- How is Kaposi sarcoma treated?
- Treating immune deficiency and related infections in people with Kaposi sarcoma
- Local therapy for Kaposi sarcoma
- Radiation therapy for Kaposi sarcoma
- Chemotherapy for Kaposi sarcoma
- Biologic therapy (immunotherapy) for Kaposi sarcoma
- Clinical trials for Kaposi sarcoma
- Complementary and alternative therapies for Kaposi sarcoma
- General considerations in the treatment of Kaposi sarcoma
- More treatment information for Kaposi sarcoma
Local therapy for Kaposi sarcoma
Local treatment only affects certain Kaposi sarcoma (KS) lesions (or areas of lesions). This type of treatment is often used to treat a few skin lesions in one spot to help a person look or feel better. Local therapy is most useful when there are just a few lesions in a very visible area (such as the face). The drawbacks of local therapy are that it doesn’t treat lesions anywhere else and it can’t keep new lesions from developing.
Topical retinoid treatment
This type of treatment puts medicine directly on the lesion. For example, alitretinoin, a retinoid drug related to vitamin A, is available as a gel (Panretin®) that can be used to treat KS skin lesions. When it is placed on a KS lesion 2 to 4 times a day, it makes it get smaller or go away in 1 to 2 months. Side effects of this gel include skin irritation and lightening of the skin.
Cryosurgery can be useful for small KS lesions on the face, although it is not as helpful for large or deeper lesions. Liquid nitrogen is applied to the tumor to freeze and kill the cells. After the dead area of skin thaws, it may swell, blister and crust over. The wound may take several weeks to heal, and the skin of the treated area may be lighter after treatment.
When a person has only a few, small Kaposi sarcoma lesions, one option may be to remove them with surgery. This can be done in different ways.
Simple excision: For this procedure, the skin is first numbed with a local anesthetic. The tumor is then cut out with a surgical knife, along with some surrounding normal skin. The remaining skin is carefully stitched back together, leaving a small scar.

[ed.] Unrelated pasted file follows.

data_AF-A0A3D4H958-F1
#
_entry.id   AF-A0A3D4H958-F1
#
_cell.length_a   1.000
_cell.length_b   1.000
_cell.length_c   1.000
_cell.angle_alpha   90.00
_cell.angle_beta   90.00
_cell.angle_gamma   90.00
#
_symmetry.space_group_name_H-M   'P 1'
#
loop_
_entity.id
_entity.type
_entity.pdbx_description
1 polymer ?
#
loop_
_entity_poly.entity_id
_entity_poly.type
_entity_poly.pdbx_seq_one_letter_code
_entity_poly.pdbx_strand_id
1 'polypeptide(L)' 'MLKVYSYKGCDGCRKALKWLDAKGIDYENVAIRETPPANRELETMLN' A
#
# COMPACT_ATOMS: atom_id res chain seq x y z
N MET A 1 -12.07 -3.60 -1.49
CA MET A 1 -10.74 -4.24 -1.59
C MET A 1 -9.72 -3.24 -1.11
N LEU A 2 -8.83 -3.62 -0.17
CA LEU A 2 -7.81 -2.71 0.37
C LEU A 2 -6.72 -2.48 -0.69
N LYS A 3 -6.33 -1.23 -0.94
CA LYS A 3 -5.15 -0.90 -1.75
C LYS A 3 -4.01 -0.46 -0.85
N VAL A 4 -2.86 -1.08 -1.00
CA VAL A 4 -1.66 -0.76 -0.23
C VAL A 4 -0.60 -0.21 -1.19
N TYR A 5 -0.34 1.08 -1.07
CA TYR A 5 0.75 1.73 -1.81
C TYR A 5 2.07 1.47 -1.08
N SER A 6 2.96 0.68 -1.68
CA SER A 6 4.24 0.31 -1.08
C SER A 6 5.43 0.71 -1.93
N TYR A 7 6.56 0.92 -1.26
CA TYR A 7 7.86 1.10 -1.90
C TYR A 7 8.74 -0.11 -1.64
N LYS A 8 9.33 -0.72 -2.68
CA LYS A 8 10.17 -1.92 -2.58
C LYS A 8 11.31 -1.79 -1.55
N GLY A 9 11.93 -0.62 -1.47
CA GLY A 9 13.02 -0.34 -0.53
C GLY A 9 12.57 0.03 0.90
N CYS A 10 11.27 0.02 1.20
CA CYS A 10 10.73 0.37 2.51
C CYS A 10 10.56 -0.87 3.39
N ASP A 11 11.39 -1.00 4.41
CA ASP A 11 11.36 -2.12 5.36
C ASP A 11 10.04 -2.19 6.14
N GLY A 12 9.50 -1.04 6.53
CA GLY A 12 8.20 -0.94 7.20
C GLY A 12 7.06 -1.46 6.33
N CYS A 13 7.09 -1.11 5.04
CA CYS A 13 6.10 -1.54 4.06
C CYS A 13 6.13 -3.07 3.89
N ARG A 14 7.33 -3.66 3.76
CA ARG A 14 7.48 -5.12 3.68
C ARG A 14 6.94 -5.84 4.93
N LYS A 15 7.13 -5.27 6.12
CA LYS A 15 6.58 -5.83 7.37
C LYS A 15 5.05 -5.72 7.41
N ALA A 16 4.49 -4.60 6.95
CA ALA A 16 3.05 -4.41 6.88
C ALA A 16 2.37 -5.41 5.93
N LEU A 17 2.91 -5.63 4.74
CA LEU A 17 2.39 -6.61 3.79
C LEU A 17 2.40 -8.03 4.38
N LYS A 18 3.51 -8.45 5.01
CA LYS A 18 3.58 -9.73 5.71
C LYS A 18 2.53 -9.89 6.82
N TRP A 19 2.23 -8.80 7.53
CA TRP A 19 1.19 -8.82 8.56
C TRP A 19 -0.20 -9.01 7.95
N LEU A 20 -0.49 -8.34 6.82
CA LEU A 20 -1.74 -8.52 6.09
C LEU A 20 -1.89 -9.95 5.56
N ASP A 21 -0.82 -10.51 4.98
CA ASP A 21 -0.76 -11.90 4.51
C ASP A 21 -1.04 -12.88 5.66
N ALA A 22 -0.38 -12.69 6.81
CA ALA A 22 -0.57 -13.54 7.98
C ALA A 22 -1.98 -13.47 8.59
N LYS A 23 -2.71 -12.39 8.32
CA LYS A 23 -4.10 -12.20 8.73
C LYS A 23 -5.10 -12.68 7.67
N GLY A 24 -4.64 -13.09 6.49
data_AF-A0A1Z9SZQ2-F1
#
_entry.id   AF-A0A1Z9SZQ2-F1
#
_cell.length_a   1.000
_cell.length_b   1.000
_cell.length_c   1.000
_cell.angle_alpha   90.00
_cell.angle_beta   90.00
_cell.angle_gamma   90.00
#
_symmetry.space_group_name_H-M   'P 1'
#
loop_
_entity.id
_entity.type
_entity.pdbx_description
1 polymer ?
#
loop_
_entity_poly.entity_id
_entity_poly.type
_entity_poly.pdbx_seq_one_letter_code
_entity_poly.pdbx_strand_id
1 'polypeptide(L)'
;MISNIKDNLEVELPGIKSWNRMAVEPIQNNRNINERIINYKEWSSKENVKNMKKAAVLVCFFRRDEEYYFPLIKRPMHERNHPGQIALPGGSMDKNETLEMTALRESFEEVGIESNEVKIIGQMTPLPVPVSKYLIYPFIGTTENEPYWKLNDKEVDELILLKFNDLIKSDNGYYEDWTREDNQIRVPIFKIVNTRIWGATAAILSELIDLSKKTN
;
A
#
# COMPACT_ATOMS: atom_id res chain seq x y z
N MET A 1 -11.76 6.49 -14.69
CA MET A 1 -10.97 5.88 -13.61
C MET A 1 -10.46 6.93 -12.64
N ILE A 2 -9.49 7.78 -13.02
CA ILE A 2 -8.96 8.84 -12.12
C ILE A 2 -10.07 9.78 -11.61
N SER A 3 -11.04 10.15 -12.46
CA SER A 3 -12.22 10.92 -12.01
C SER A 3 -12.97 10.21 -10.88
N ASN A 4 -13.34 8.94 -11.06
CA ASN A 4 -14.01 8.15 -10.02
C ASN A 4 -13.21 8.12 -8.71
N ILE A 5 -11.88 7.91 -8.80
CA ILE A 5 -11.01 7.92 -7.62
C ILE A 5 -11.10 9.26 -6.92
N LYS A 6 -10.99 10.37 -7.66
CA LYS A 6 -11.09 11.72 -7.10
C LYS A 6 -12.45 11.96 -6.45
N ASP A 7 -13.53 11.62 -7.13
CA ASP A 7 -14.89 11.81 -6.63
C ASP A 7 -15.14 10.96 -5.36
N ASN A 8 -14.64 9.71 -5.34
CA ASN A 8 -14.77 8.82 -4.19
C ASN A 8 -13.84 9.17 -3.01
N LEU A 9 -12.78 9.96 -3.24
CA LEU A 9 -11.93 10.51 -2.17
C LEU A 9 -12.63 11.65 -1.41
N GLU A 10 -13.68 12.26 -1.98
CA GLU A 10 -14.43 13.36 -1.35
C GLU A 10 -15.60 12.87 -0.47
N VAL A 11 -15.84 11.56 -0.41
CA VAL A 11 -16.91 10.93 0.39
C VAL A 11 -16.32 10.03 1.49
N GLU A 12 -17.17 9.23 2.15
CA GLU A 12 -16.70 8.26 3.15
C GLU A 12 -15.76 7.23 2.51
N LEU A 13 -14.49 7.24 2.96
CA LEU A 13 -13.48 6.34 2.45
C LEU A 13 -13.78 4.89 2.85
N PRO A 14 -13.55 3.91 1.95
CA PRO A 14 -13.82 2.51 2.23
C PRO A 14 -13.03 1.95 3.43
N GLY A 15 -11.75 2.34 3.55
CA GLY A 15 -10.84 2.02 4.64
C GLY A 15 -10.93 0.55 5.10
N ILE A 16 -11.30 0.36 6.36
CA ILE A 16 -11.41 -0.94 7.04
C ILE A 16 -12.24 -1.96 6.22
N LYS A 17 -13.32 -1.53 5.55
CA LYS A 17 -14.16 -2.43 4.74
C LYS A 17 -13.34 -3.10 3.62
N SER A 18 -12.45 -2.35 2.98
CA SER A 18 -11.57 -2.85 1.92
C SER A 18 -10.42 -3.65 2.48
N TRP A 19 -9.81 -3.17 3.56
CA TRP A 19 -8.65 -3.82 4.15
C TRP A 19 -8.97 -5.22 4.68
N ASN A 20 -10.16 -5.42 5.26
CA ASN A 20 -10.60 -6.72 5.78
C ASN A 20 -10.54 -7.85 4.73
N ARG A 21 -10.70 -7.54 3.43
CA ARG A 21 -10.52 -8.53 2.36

Curettage and electrodesiccation: This treatment removes a tumor by scraping it with a curette (a long, thin instrument with a sharp looped edge on one end), then treating the area with an electric needle (electrode) to try to destroy any remaining cancer cells. This process can be repeated.
A drawback of surgery is that the lesion might recur (come back) in the same place.
For this treatment, a small amount of a chemotherapy drug is injected directly into the KS lesions. Very little of the drug is absorbed into the body. This lets the patient avoid many of the side effects normally seen with chemotherapy.
The most common drug used for intralesional chemotherapy in KS is vinblastine. Sodium tetradecyl sulfate (STS or Sotradecol®) can also be used. Some people may have swelling, blistering, and pain at the injection site with this type of treatment.
Photodynamic therapy (PDT)
This treatment uses a special liquid drug that is applied to the skin. The drug collects in the tumor cells over several hours or days and makes the cells sensitive to certain types of light. A special light source is then focused on the tumor(s), and the cells die. A possible side effect of PDT is that it can make the skin very sensitive to sunlight for some time, so precautions may be needed to avoid severe burns.
For more information on this technique, see our document Photodynamic Therapy.
Radiation can also be used as a local treatment for KS. This is discussed in detail in the next section.
Last Medical Review: 08/08/2014
Last Revised: 08/19/2014